Two Guys and a Digital Dream

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PhillyClassic video game expo founders celebrate videogames past and present in Philadelphia expo scheduled for March 2004. Demographic shifts highlight adult gamers and women gamers. What's the ultimate in retro tech? Playing Space Invaders and Tetris on your sleek, micro-size, full-color cell phone! Photo accompanies release.

Philly Classic 5 will focus on the amusement and wonder of gaming, always recognizing that the popular video games being played by our children today will be the classic games of tomorrow. Philly Classic strives to bring together all the elements of our videogame culture, and the Philadelphia area is the ideal location for our show, since 18% of the US population lives within a 4-hour drive.

For Immediate Release - Contact: David Newman - Tel 610.527.5325 - [email protected]

Philadelphia, PA (PRWEB) September 23 2003--Five months ago, Mark Wolfe would never have dreamed to be doing what he's doing today: managing the largest video game expo on the East Coast.

Wolfe, a resident of West Chester, PA, and West Philadelphia native, runs an Internet services company and is a huge fan of video games both past and present.

That's what brought Philly Classic (http://www.phillyclassic.com), the East Coast's largest gathering of video game fans, to Wolfe's attention. He attended the fourth annual Philly Classic last March. There, he met founder and organizer David Newman of Bryn Mawr, PA.

The two hit it off immediately as Wolfe was producing a documentary on video game culture and the major events around the country dedicated to gamers and the art of gaming.

Wolfe and Newman put their heads together and realized that much of the electronic entertainment of yesterday and today are inextricably linked. Whether playing games on old Ataris in their basements or on Xbox consoles in their living rooms ­their passion has always been "being in the game."

So now the two have decided to meld video games past and present into Philly Classic 5, slated for March 20-21, 2004 at the Valley Forge Convention Center outside Philadelphia. Newman says, "everything old is new again from bell bottoms, lava lamps, and the Mini Cooper to playing Space Invaders and Tetris on your sleek, micro-size, full-color cell phone."

"I guess there's a huge comfort factor in playing the games of yesteryear. Not to mention the fact that these games are just flat-out fun to play, even 15-20 years after they first came out." Compilations and remakes of classic games are consistent best sellers for systems like Nintendo's Gameboy Advance and Sony's PlayStation 2. Newman continues, "Of course, there's a whole new generation of gamers that enjoy the best of today's videogame technology on modern home consoles, online, and using, laptops, cell phones, and PDAs.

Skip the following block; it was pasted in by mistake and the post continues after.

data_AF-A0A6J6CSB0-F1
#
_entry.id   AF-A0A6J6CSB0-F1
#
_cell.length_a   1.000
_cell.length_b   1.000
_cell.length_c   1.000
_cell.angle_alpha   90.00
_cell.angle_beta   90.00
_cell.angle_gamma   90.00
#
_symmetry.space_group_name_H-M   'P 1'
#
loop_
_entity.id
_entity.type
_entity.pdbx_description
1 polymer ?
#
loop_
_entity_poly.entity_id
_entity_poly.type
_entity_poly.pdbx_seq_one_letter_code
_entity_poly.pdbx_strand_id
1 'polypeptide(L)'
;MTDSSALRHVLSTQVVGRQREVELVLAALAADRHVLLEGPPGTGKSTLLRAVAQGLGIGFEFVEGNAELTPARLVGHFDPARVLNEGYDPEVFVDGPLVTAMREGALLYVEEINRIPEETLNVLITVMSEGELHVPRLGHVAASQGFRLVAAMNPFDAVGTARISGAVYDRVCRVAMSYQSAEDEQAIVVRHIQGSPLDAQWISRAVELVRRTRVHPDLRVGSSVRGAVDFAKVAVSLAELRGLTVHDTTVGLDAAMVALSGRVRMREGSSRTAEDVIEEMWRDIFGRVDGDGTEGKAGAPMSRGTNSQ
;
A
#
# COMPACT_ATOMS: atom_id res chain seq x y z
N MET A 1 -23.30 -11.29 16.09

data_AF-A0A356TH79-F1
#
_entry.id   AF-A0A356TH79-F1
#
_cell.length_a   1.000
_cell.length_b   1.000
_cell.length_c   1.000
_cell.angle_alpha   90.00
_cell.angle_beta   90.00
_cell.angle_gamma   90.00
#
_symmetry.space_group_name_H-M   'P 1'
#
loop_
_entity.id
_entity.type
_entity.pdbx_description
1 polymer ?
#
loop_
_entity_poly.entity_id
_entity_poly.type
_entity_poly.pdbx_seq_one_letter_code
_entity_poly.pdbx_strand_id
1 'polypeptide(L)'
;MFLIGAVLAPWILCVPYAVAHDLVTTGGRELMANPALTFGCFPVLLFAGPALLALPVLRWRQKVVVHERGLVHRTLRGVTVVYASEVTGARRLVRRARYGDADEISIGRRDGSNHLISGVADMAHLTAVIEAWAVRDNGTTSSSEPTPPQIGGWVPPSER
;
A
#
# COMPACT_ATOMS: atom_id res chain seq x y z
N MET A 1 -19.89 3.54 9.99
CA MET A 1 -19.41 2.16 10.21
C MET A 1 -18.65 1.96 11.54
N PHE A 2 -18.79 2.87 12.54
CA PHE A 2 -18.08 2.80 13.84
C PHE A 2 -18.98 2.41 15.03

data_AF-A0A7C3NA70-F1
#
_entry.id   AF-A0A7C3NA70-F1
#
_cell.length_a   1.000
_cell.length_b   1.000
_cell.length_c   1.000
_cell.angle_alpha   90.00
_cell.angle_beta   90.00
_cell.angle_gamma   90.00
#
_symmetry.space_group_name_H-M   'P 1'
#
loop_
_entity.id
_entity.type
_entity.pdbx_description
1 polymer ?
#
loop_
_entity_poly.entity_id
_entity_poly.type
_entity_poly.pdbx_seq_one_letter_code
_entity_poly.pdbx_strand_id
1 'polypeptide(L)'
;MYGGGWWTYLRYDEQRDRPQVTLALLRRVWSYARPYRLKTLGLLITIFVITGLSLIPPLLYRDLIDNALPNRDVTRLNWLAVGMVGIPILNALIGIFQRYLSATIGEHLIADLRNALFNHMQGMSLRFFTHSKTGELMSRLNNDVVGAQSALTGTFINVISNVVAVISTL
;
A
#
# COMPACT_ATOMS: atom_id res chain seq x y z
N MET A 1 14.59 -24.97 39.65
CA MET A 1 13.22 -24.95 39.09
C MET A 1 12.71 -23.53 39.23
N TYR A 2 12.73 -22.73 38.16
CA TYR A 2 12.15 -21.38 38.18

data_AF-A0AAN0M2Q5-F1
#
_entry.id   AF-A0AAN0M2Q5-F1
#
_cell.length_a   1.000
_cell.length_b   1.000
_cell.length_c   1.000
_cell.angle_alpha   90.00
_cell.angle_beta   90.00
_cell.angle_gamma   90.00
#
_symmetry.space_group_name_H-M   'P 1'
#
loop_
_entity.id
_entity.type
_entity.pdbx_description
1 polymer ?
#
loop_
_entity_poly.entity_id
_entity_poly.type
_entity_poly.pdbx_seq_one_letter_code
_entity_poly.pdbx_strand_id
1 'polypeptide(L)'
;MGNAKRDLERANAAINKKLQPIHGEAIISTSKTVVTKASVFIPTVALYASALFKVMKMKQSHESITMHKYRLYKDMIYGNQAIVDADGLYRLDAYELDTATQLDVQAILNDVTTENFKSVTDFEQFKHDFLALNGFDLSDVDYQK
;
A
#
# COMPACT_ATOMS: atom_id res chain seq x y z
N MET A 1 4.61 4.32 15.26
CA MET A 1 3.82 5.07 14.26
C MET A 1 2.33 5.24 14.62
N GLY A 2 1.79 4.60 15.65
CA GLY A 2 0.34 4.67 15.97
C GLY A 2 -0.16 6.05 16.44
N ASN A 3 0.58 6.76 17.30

"Bringing the best of yesterday and today together is what our show is all about" Newman said. "I was born in 1964, so that means I was 13 in 1977 when the first Atari video game system came out. I was the perfect demographic gamer back then." Today, the demographics have shifted. The Entertainment Software Association (http://www.theesa.com) released their latest demographic survey results at the end of August and found that the average video gamer is 29 years old. Another surprise: almost half of video gamers are female.

Wolfe says, "We've known for a while that female gamers are out there (I happen to be married to one of the most dedicated gamers I know) ­ but they're under-represented, under-marketed to, and generally unheard from... until now, that is." Philly Classic is also addressing this demographic with the inclusion, both online and offline, of a growing community of gaming women. April Mattison-Wolfe is one of the co-founders of Joychix.com, a website dedicated to amplifying the voice of women in gaming ­ specifically involving them in the creation, marketing, and enjoyment of video games.

Mattison-Wolfe says, "By associating ourselves with Philly Classic, Joychix.com is making a powerful statement about gaming today. Philly Classic is about building an inclusive community of people who love video games ­ not just geeks, not just hardcore gamers, and definitely not just men. Philly Classic is geared toward everyone who loves video games, and female gamers are a huge part of that "everyone"." It is a pretty large audience. According to other numbers from the ESA, the video game industry surpassed $10 billion in annual revenue in 2002. This makes video games the world's most popular form of entertainment, even surpassing Hollywood's annual numbers at the box office.

Mark Wolfe concludes, "Philly Classic 5 will focus on the amusement and wonder of gaming, always recognizing that the popular video games being played by our children today will be the classic games of tomorrow. Philly Classic strives to bring together all the elements of our videogame culture, and the Philadelphia area is the ideal location for our show, since 18% of the US population lives within a 4-hour drive."

And what if all of them decide to come to Philly Classic 5 next March? "That's the kind of problem we'll take any day" Wolfe said.

For more information, please visit the Philly Classic website at: http://www.phillyclassic.com
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